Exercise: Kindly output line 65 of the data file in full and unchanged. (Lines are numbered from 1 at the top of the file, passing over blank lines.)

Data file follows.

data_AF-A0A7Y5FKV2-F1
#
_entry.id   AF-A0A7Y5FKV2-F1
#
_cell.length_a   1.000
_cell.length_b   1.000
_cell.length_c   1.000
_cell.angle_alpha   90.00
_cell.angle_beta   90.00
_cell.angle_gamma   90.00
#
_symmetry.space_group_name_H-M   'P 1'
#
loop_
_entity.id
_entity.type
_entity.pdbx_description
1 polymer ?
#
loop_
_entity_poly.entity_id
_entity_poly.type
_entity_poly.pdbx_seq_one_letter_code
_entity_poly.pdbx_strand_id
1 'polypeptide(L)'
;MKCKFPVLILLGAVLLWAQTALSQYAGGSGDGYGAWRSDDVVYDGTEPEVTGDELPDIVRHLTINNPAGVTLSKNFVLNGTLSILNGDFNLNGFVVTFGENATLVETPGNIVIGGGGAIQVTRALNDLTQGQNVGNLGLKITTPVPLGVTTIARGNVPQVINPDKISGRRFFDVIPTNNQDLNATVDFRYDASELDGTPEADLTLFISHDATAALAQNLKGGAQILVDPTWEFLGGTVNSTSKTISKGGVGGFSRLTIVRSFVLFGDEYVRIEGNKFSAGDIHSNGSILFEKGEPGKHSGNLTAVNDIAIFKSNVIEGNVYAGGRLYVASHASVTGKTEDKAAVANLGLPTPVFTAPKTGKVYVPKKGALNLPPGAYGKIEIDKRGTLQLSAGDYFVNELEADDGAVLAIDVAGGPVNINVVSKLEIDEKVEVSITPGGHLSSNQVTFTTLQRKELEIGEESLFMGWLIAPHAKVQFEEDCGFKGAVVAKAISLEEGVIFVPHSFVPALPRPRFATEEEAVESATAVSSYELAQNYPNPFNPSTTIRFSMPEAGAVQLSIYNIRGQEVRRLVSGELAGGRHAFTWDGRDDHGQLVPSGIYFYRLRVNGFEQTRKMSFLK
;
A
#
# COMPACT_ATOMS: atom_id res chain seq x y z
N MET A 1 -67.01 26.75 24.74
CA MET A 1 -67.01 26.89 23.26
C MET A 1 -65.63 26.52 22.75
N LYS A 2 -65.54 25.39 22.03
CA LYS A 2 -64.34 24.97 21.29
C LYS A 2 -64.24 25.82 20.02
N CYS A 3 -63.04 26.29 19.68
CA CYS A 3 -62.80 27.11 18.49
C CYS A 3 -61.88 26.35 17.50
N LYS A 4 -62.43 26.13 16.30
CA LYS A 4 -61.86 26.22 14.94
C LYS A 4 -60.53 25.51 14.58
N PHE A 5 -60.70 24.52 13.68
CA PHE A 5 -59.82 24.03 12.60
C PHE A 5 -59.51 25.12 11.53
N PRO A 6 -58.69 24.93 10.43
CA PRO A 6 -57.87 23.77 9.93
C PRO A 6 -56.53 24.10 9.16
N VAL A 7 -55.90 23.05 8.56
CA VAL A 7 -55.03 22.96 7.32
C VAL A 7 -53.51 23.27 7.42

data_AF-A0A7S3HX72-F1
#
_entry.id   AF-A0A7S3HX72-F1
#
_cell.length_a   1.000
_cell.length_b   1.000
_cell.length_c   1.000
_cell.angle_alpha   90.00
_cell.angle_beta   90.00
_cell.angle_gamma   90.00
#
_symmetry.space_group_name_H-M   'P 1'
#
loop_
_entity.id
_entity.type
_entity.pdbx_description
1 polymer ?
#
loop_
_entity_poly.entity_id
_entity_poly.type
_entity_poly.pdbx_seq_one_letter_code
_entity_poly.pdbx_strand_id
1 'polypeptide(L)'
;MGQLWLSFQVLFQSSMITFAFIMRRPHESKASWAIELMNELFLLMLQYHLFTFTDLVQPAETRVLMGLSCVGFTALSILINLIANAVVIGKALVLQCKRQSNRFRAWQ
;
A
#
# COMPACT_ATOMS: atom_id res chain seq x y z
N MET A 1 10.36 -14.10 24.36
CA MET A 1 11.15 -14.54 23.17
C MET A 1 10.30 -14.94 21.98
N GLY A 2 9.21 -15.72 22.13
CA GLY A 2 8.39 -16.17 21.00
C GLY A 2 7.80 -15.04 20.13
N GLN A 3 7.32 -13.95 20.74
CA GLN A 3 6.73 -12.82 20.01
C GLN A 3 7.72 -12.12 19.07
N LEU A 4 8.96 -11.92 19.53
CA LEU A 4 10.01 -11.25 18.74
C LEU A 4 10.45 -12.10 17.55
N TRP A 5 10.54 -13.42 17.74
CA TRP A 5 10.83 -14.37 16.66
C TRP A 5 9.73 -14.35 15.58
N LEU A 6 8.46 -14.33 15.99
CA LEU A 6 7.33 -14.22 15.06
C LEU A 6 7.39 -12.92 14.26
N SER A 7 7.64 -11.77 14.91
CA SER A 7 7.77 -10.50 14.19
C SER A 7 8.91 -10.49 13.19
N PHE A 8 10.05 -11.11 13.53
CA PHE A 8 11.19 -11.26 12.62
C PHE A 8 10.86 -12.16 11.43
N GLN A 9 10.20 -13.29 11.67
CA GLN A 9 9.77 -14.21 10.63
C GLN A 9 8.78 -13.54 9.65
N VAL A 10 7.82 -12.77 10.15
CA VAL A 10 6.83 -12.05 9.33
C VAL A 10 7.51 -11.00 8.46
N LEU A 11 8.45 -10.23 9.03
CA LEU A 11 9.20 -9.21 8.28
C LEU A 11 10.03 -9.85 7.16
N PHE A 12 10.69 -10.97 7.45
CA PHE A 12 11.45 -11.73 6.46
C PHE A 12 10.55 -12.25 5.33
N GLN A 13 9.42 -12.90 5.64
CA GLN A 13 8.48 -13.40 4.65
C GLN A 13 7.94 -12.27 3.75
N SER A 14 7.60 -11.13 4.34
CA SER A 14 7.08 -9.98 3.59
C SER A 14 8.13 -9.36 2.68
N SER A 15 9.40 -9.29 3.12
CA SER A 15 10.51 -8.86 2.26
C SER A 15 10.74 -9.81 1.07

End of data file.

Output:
loop_